Not to be outdone by the frosh, #Add7 got credit for a tackle on that play too.

While giving Washington their fair due for laying the lumber to his side, Sonny Dykes still felt like the Bears were their own worst enemy. "It is the worst performance, offensively; that I have been a part of in a long time, and again, that is my fault," Dykes would say post-game.

"We knew coming in that Washington was going to make us be patient and drive the ball the length of the field. That is the way they play defense. They aren’t going to give up easy touchdowns. We have been getting so many big plays that it was going to be a very different approach for our players. We talked to them about it this week, told them about it, anticipated it, but we just didn’t handle it very well."

What Dykes was trying to say was this; Washington now has a defensive identity. Try and #Add7 to your score, opposing offenses - we dare you. Robert Conrad - he of the famous Eveready battery commercials is still alive and kicking at age 79. I say we hire Mr. Conrad, have him put a football on his shoulder like the battery, look straight in the camera and say..."I dare you to knock this off. Come on. I dare you."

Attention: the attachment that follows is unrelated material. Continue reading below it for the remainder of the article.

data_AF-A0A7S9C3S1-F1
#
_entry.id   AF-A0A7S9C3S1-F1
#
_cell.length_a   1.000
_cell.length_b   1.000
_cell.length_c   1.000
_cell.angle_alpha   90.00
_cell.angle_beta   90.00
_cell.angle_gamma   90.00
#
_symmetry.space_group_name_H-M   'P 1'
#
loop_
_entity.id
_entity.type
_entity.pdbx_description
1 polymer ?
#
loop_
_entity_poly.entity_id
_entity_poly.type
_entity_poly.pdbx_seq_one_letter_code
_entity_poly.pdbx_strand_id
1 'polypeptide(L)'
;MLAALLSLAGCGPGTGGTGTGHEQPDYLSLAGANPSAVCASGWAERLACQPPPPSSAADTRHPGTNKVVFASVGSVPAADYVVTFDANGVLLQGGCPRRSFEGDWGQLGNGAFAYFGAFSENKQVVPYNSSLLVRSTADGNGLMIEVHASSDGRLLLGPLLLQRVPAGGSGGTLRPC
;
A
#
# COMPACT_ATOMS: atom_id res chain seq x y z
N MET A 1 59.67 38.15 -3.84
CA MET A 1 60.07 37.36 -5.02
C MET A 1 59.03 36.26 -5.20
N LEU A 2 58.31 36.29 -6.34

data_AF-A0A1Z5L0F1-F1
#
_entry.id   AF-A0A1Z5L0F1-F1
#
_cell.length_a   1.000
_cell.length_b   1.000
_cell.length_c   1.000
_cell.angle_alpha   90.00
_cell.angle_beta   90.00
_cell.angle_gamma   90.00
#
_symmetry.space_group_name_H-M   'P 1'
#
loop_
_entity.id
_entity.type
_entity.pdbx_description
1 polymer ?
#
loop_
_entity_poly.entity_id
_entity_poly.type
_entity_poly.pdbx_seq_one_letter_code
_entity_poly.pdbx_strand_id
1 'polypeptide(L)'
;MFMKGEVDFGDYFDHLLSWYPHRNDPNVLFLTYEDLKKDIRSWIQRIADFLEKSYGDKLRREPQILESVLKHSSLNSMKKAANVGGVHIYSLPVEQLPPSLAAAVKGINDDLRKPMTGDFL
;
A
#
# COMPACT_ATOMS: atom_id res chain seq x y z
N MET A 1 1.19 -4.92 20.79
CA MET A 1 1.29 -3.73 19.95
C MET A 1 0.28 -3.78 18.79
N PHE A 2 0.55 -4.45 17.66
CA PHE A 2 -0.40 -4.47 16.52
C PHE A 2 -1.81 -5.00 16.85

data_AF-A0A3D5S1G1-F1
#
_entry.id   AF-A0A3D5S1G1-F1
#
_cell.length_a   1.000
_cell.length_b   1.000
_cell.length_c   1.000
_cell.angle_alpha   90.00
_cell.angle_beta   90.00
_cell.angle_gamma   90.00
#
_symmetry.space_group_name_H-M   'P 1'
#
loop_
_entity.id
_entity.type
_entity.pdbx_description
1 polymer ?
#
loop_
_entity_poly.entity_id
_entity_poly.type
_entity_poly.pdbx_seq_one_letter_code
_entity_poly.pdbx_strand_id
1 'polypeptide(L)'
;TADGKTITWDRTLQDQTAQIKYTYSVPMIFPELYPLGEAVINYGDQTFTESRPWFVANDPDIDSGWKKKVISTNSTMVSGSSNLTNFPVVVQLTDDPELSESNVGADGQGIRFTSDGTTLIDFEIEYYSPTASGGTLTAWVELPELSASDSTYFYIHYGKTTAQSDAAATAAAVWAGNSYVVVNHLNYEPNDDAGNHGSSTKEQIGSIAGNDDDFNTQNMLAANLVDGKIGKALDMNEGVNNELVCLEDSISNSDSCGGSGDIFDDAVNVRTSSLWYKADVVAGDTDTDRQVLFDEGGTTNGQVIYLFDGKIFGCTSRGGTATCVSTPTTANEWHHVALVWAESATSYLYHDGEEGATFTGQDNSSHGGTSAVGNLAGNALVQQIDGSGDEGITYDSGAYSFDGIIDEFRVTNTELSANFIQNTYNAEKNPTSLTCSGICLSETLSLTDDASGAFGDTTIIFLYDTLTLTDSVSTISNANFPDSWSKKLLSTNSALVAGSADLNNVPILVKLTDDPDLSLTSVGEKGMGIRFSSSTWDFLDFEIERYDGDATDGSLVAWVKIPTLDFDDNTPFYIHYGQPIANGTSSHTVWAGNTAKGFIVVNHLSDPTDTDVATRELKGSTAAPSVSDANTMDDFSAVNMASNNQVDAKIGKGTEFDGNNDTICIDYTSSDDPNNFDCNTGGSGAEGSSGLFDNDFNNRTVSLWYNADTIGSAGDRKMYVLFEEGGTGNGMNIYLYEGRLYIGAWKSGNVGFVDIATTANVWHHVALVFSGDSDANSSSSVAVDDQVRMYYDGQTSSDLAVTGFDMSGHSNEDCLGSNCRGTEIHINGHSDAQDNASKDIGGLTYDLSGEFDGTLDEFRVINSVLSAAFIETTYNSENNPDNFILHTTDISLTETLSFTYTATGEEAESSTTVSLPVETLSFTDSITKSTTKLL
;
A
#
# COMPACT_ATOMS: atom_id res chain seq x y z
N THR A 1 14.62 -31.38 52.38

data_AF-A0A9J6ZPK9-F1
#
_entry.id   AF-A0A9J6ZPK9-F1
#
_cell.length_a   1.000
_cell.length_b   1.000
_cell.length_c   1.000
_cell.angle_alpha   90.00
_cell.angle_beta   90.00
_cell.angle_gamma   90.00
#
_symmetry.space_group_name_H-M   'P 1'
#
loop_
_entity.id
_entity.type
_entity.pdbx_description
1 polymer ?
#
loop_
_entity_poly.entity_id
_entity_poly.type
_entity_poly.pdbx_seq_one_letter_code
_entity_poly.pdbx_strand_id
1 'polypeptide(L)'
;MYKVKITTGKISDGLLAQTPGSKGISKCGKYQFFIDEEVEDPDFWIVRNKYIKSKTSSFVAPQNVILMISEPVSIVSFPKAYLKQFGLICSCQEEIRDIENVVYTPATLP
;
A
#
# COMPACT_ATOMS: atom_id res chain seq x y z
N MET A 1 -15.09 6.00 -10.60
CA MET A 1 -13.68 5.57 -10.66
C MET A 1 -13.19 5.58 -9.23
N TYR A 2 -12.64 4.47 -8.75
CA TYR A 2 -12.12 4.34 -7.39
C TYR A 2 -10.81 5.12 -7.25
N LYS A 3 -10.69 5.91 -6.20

And the whole time he's sporting a 'Keep Calm and #Add7" t-shirt and wearing a Washington hat.

Okay, maybe not the best idea. Hashtags aren't supposed to have a huge shelf life. And after all, it would be hard to keep a football on Conrad's ancient shoulder. I think Danny Shelton could do it, though. His shoulders seem bigger than the whole world right now, as do his calfs, his hair, etc...

Thompson couldn't do it, though. The ball would just keep falling right into his arms. “Oh yeah, that’s the first thing that popped into my head when I got the ball," he said on his 100-yard return. "I’m scoring.”

That's just #Add7 doing what he does best - a player worthy of hashtag status.